By Paul Chesser, nlpc.org
Among the objections about taxpayer subsidies for the high-profile Chevy Volt, manufactured by Government Motors, is that the many grants, loans and tax breaks that lowered the sticker price on the electric hybrid car facilitated its (paltry) sales for the benefit of wealthier individuals who were purchasing it - those with average annual salaries of $170,000. So can you imagine how happy the affluent customers (like Leonardo DiCaprio) of the heavily subsidized, $102,000 electric Fisker Karma are, to be able to purchase their gimmicky sports sedan at a discount, with a $7,500 tax credit to boot?
Undoubtedly they are much happier than the 65 poor souls that Fisker just laid off. Will there be more?
Passing it off as "a bump in the road," company spokesman Roger Ormisher chalked up the cutbacks to the difficulty in starting a new car company and what would appear to be trivial missed deadlines and sales targets. But Fisker, already the recipient of $193 million of a total $529 million loan from the Department of Energy - not to mention a reported $850 million in private investment - shows disconcerting signs of incompetence and poor stewardship with the resources it's been trusted with.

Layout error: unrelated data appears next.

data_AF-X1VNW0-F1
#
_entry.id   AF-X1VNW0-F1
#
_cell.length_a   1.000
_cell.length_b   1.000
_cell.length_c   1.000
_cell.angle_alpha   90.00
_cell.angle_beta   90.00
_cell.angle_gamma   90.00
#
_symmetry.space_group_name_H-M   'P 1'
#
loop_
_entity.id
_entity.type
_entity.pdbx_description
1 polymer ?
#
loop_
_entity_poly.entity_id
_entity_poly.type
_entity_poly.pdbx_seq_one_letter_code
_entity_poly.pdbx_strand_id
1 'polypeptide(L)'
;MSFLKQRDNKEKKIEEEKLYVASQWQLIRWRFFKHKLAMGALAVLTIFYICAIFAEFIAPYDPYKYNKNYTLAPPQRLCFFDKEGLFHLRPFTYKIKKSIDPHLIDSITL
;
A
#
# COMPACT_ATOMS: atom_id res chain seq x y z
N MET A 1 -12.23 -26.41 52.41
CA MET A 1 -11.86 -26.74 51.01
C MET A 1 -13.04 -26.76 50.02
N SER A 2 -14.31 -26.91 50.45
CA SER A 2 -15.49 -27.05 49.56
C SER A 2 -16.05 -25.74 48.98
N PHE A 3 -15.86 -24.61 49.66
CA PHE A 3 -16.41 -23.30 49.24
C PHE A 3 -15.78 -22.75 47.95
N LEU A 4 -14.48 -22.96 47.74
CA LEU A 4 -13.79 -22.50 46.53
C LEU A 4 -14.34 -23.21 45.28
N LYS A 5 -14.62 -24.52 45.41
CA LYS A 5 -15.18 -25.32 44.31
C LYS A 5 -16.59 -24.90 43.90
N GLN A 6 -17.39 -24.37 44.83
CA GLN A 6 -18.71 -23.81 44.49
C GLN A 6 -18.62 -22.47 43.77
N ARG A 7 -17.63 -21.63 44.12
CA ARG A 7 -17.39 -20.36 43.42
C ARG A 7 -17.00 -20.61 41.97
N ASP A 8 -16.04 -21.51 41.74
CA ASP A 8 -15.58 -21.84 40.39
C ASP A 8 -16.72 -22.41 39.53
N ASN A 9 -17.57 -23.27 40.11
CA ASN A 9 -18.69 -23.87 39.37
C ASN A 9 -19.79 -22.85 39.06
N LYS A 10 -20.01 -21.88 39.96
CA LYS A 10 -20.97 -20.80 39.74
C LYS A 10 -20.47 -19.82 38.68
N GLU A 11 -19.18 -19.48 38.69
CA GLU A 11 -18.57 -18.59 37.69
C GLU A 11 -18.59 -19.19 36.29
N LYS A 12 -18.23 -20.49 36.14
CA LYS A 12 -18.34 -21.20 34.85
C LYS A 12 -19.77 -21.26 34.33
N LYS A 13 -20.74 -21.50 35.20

So far the $193 million has been allocated mostly for the production of the Karma - therefore it can be deduced that taxpayers have subsidized a six-figure status symbol for the wealthy. The car serves no practical purpose, but instead provides "wow-factor" fodder for discussion at cocktail parties. According to Fisker, the company had 650 people toiling away at its headquarters in California (before 40 or so were laid off), plus another 125 that were refurbishing a former General Motors plant in Delaware (where 26 were laid off).
Something seems askew with the numbers, however. Fisker has said "not a single dollar of the DOE loans has been, or will be, spent outside of America" - an assurance that PriceWaterhouseCoopers is allegedly tracking for DOE. But the Karma is assembled at Valmet Automotive in Finland, so if the $193 million has been mostly spent on that project (as Fisker said in an official statement put out on Monday), how could at least a significant portion of that money not have been spent overseas? And if it wasn't, then the evidence looks even worse. Consider: